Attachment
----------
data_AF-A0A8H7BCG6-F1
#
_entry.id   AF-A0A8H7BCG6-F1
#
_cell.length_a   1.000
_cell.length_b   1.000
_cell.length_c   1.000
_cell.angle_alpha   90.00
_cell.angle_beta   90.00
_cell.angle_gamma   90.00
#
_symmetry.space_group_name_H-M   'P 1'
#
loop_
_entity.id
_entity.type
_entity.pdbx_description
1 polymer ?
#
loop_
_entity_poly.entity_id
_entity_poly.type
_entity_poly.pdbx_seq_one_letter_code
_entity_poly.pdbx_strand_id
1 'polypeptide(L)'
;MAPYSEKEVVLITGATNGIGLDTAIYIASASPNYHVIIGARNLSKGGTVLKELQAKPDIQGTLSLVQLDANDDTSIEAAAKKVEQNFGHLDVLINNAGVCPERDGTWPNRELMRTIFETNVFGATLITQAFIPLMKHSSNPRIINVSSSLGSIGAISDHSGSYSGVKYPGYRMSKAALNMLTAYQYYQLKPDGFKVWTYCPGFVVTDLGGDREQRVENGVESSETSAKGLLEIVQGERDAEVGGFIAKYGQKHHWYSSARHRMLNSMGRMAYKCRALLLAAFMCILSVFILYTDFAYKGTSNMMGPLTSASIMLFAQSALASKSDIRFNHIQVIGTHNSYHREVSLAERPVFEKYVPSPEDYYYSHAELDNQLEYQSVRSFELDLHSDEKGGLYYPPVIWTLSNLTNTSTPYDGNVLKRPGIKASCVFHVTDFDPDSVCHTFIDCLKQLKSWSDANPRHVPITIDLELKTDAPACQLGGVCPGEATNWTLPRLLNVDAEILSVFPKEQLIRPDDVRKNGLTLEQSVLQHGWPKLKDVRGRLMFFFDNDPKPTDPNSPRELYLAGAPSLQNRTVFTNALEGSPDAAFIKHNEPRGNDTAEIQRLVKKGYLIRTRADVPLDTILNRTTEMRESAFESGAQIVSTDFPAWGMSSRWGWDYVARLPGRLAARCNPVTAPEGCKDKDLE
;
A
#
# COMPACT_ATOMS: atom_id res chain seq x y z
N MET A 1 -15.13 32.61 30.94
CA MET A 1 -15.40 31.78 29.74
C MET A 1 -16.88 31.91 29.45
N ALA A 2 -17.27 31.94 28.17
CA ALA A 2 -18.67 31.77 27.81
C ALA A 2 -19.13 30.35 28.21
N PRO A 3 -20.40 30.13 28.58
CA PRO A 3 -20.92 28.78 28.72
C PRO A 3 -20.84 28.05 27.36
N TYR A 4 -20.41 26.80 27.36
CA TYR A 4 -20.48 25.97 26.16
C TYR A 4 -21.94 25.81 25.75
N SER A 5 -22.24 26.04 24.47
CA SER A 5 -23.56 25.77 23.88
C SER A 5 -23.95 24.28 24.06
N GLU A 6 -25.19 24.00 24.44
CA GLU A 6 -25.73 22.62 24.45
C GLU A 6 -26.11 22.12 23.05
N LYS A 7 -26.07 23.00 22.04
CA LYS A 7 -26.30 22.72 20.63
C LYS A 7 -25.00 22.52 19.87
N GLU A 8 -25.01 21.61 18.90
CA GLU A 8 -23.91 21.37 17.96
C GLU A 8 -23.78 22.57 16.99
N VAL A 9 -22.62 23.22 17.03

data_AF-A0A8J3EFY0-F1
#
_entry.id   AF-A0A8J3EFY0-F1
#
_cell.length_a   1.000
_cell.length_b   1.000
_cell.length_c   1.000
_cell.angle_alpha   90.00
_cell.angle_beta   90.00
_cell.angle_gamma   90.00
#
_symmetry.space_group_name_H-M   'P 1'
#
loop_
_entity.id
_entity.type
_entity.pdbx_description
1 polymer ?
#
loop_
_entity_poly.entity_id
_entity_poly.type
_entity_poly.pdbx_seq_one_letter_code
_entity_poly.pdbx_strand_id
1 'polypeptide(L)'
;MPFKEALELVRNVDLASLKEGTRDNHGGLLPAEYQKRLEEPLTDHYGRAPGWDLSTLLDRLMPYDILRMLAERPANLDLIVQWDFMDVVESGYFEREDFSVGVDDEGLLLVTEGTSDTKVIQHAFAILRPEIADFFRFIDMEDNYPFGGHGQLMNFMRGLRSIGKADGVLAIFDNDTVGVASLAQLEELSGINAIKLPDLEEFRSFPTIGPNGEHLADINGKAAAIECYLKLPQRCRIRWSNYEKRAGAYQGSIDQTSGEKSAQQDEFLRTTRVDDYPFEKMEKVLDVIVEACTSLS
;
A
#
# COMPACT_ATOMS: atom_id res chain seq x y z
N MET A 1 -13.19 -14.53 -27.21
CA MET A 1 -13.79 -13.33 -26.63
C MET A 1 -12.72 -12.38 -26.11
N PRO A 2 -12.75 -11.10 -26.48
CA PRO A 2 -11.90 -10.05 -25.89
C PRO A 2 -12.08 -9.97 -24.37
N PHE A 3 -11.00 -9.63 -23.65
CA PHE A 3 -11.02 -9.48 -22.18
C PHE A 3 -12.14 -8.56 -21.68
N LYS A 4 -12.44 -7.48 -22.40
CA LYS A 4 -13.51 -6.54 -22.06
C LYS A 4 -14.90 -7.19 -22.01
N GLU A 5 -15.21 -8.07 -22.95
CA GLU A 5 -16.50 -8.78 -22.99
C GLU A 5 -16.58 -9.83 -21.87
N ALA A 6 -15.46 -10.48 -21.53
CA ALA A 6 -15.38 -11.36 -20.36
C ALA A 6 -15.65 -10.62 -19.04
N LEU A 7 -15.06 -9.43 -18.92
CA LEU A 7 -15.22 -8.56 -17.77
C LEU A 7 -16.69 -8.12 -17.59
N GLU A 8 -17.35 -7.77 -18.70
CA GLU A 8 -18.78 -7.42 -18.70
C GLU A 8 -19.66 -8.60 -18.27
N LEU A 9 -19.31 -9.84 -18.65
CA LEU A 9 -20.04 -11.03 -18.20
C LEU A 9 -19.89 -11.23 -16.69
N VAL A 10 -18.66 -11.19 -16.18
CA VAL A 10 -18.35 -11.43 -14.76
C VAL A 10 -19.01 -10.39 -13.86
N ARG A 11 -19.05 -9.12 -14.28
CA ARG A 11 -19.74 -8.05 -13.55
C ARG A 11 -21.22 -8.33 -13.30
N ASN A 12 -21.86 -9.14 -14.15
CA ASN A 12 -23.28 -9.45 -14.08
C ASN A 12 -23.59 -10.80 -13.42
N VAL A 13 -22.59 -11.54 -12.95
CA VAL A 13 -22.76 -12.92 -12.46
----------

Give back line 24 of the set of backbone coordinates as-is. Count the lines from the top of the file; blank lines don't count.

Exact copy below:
_entity_poly.pdbx_strand_id